Enhanced labor mobility has been another great benefit brought about by the EU. But the European Commission’s rigid bureaucratic diktats have taken some regulation too far, and efforts to force lower-tax countries to “harmonize” their rates would be devastating to their citizens and firms.

While it is unlikely that much progress will be made along the lines of the second or third options in the near future, Europe’s elected leaders should constantly test what makes sense and what needs to be reformed. The recent election was a wake-up call; Europe’s leaders need to open their eyes.

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    1. CommentedÖmer Aytaç

      Given the choice between entering the EU or the Shanghai 5, I'd choose the latter 9 times out of 10. EU just does not have the prospects for a future. Only two generations of Europeans have lived a life without worry of war or fiscal deficiency in the last 10 generations. That says something..

    2. CommentedAndré Fonteyne

      The most startling thing in all this is that nobody is talking about the most natural way to rebalance demography: births ! We should encourage people to have kids, and these encouragements should be targeted at middle class people with work, otherwise it will only make social problems worse. Immigration is not the solution, as we can already see it has changed our societies for the worse, and beyond recognition, and has sown the seeds of potential future civil war.

        CommentedTomas Kurian

        You are right, but the obstacle to this obvious solution is firmly build in the system itself: Without additional resources to buying power constituted from wages (AD) the businesses are not able to realize in full their production priced at wages + profit (AS).

        Therefore the constant downward pressure on wages in order to try to balance this unbalancable equation, which eventually kills off the middle class and leads to importing slaves ( or outsourcing)

        It can be avoided by productivity subvencing, be means of lets say family subsidies.

        Read more @
        Genom of Capitalism
        Ways of productivity subvencing instead of outsourcing

    3. CommentedJoshua Ioji Konov

      Following the Budgetary Economics as it has been done the EU will not be able to restart the economy to a point of substantially lowering their Debt and Unemployment, without using unorthodox economic tools such as the Quantitative Easing, and more important stopping the practiced wealth trickle-down policies of taking from the have not and giving it to the have...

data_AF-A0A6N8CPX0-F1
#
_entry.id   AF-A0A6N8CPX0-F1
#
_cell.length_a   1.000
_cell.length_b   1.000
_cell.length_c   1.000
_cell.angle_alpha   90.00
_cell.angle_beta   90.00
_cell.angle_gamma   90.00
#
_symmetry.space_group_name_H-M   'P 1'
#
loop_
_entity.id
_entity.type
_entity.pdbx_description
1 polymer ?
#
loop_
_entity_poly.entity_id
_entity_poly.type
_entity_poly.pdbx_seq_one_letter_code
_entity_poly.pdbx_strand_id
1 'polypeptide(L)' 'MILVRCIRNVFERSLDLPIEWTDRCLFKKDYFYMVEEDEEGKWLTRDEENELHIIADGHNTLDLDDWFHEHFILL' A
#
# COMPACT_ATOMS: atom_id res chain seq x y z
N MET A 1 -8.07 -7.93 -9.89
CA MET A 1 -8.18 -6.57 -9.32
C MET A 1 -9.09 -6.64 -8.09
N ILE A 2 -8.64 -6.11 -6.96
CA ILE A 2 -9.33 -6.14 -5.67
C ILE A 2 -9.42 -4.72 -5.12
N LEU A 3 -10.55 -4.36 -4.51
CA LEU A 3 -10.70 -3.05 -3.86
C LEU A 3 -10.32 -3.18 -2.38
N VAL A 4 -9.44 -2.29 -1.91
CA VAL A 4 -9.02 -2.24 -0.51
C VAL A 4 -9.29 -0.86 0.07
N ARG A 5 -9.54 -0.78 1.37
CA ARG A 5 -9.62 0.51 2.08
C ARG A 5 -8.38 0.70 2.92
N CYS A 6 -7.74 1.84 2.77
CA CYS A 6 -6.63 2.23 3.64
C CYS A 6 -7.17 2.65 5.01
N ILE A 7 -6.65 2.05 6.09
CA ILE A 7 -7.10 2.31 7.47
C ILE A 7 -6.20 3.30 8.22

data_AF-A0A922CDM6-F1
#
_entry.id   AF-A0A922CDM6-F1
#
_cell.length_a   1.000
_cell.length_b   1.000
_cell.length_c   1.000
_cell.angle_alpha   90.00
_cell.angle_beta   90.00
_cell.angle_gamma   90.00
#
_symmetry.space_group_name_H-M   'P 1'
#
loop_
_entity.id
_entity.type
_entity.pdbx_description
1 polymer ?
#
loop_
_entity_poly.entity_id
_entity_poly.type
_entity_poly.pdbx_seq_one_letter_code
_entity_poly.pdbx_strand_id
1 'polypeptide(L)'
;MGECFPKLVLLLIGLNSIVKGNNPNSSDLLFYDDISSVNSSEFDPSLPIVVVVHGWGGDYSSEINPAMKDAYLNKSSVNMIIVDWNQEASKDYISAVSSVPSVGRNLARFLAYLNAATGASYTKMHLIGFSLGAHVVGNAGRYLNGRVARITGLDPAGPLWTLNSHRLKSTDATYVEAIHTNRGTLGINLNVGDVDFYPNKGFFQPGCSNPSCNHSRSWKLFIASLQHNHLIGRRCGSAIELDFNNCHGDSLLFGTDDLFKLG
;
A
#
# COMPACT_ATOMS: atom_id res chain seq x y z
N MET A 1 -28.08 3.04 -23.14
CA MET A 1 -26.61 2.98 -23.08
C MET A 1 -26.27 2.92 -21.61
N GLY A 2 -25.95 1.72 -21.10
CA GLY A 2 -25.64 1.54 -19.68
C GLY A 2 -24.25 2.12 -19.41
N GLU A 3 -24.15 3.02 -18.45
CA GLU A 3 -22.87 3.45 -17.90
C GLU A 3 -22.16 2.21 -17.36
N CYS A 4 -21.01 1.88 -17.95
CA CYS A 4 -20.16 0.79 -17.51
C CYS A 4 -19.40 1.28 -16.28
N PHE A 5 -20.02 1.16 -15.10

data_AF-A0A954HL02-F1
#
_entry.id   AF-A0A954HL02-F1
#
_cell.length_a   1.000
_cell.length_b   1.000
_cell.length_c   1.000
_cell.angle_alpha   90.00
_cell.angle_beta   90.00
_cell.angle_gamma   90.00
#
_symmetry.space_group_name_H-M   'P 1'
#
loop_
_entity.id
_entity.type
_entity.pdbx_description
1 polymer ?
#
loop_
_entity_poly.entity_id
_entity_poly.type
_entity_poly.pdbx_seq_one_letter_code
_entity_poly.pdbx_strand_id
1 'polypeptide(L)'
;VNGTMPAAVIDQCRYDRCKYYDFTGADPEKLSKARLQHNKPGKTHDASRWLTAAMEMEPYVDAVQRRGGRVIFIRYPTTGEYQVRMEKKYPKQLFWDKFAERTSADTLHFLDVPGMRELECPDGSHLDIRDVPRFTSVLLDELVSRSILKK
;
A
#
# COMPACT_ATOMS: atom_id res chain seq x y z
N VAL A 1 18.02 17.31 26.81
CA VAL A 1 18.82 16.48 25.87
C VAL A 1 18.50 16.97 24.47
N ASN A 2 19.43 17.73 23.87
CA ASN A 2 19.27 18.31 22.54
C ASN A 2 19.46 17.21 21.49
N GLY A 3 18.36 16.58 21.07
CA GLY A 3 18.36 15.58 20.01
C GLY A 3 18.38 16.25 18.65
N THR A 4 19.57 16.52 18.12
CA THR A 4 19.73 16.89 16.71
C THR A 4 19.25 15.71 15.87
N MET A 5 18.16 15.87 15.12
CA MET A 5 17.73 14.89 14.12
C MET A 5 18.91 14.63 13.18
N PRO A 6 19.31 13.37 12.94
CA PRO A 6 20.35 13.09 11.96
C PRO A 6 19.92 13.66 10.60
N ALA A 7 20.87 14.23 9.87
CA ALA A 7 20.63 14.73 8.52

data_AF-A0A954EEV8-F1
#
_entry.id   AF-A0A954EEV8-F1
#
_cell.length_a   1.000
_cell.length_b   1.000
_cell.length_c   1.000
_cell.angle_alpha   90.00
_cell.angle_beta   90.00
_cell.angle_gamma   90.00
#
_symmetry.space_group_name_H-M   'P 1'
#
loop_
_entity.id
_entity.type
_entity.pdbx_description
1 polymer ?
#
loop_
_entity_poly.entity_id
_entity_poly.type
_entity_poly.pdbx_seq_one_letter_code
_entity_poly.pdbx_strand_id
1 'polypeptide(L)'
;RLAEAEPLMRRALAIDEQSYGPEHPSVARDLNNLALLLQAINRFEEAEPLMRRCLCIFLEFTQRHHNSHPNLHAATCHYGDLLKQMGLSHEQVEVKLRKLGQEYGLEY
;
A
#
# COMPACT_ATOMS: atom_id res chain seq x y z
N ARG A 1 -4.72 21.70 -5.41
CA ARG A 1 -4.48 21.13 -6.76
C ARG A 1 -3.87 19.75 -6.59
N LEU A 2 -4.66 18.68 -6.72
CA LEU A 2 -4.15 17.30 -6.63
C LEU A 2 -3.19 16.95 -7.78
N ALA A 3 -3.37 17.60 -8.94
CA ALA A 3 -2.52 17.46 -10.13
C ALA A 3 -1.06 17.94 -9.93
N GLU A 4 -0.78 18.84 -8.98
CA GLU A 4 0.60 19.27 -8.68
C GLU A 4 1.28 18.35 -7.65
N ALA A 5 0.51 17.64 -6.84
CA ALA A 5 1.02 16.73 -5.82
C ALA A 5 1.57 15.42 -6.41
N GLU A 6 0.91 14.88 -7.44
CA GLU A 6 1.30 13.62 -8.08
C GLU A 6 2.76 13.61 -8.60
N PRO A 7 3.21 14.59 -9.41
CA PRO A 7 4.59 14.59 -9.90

4. Commentedpieter jongejan

      French non-financial companies have the lowest Debt to total assets ratio of all Euro-members (28) and the highest Debt to GDP ratio (118). Doesn't that imply that the valuation of their assets are too high? Which accountants do they use? How can we have a banking union on the basis of overvaluated assets? Why is nobody complaining. Because it is in the interest of bankers, politicians and criminals to keep their mouth shut? Who are supposed to pay the bill? The pensionistas in Europe? Is that why Christine Lagarde is promoting inflation together with the Americans? Read Kemmener of Princeton 1919 if you want to know the outcome of expropriating the middle class. Hitler rose to power in 1923 four years after the writings of Kemmener on increased debt and high inflation.

    5. Commentedde Lafayette

      Prof. Boskin makes some very good arguments regarding EU restructuring, particularly as regards its antiquated Labor Regulations. Let's not forget that Chancellor Schoeder, just before leaving office, undertook some widespread measures (as regards Labor) to make Germany more competitive. Germany underwent two years of hardship, but ultimately as a result became Europe's Strong Man.

      I don't think the EU is totally oblivious to the challenges it is facing. Upon signature of the Maastricht, the countries were to undergo a convergence process that would align the Euro amongst the participating nations. Part of that agreement was a Stability & Growth Pact that outlined a stringent process of debt-containment. Which did not work as planned.

      Since, however, the EU has renewed its efforts at diminishing debt. And, a good many countries have been successful. This info-graphic shows the current status of fiscal-compliance that will lead to national debt containment:

      Evidently, the largest burden is upon the larger countries. But, this effort is presently undergoing and we can hope that it will succeed. The only problem is that it will take time.

      I for one think the EU-countries were too confidant about the Europe, resulting in fiscal profligacy. That attitude, however, is very definitely past.

    6. Portrait of Michael Heller

      CommentedMichael Heller

      Very welcome oped from Michael Boksin, which I read as advocating activist structural reform, intelligent debt restructuring, and a common currency conditionality program.
      Heller Economic History Entertainments